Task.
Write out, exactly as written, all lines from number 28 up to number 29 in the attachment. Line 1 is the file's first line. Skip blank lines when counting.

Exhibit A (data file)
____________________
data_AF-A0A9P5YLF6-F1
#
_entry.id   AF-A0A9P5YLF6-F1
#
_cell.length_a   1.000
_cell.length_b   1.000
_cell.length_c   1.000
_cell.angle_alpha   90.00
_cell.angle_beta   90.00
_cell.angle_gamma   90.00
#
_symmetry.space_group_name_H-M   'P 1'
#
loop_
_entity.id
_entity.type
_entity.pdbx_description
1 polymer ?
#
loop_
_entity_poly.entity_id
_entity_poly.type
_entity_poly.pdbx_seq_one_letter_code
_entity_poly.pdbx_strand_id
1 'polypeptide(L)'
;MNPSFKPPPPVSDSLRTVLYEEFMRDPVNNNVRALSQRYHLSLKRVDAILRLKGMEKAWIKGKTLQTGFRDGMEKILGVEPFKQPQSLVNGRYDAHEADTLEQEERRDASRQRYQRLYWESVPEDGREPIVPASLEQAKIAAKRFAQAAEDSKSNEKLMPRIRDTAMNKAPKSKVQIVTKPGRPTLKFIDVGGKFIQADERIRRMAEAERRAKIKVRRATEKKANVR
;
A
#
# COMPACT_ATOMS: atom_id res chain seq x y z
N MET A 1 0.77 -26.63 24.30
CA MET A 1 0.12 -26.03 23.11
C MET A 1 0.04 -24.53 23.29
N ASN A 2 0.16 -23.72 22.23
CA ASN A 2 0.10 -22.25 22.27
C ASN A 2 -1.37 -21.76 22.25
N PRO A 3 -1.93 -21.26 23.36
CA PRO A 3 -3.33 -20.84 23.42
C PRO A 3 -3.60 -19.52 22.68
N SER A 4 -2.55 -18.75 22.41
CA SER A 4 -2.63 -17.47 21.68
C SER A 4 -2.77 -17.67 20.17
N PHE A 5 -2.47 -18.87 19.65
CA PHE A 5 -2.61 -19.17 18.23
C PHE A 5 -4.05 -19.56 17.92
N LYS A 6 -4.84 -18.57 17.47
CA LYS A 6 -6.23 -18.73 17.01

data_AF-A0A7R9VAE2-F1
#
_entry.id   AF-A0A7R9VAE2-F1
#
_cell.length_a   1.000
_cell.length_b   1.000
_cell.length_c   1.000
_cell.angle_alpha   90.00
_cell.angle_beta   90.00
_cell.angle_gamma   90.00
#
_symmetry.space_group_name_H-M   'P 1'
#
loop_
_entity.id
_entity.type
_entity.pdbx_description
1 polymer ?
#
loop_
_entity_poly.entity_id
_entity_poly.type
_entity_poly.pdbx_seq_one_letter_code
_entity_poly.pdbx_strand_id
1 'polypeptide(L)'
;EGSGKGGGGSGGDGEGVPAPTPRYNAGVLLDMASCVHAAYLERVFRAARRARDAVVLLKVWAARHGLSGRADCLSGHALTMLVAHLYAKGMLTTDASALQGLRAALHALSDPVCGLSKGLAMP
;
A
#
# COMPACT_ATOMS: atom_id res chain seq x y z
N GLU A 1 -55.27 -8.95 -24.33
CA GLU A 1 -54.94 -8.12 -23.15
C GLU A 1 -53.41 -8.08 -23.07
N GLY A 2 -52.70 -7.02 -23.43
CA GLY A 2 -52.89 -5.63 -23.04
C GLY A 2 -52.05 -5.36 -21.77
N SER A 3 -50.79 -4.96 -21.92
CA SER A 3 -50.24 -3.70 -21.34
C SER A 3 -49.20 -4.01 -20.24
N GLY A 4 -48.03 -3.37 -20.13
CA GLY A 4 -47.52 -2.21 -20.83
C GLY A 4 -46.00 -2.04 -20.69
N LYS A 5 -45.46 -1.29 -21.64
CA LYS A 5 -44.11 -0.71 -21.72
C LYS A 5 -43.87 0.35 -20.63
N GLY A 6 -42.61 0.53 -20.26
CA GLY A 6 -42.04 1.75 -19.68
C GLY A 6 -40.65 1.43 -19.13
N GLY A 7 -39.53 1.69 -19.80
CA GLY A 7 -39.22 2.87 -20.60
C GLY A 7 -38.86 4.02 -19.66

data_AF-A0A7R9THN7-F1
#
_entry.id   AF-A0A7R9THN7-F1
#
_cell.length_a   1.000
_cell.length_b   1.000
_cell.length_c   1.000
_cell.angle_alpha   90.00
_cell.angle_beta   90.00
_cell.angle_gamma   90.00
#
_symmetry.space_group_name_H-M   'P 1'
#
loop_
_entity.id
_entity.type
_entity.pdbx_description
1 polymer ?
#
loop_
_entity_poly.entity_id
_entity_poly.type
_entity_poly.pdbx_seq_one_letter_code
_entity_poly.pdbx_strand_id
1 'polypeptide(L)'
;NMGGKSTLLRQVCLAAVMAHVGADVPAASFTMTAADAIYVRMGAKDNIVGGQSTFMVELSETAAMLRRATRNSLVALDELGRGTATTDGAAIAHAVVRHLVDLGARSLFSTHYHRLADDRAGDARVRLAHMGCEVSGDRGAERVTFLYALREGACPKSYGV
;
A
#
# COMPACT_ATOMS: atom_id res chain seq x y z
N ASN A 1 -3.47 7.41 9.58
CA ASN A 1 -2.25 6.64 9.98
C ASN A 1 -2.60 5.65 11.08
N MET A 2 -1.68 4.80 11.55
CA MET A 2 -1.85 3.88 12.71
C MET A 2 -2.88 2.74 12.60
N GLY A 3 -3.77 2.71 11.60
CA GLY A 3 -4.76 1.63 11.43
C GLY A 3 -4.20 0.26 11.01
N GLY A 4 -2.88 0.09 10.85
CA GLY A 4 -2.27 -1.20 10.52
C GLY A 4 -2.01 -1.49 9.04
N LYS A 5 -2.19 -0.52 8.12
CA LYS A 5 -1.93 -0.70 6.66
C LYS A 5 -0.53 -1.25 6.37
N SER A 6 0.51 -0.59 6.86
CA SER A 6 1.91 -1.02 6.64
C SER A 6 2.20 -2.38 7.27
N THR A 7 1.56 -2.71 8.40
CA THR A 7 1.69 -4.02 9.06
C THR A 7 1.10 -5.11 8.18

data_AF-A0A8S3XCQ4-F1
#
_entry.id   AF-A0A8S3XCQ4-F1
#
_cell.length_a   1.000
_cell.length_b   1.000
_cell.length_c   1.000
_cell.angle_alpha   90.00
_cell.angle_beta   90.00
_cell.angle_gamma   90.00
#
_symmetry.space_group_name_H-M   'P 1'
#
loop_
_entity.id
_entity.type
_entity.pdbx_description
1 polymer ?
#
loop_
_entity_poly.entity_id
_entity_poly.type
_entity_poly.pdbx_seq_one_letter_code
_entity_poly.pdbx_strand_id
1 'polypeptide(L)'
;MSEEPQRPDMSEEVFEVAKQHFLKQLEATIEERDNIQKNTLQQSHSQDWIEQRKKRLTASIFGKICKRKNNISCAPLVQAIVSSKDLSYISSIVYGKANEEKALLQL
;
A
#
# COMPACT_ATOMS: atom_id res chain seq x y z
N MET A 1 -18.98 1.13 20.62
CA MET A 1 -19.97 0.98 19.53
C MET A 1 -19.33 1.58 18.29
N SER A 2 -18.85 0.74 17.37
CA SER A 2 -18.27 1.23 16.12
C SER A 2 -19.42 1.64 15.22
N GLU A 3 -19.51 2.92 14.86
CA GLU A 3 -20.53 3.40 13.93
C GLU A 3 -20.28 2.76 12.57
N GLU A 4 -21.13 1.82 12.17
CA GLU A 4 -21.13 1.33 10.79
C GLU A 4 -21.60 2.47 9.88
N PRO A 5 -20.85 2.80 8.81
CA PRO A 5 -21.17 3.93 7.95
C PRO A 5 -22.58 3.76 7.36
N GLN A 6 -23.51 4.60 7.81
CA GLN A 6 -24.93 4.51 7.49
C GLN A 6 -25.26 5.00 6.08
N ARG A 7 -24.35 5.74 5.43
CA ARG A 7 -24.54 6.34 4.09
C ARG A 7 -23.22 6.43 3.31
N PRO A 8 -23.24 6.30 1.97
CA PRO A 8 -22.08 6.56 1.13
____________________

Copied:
A
#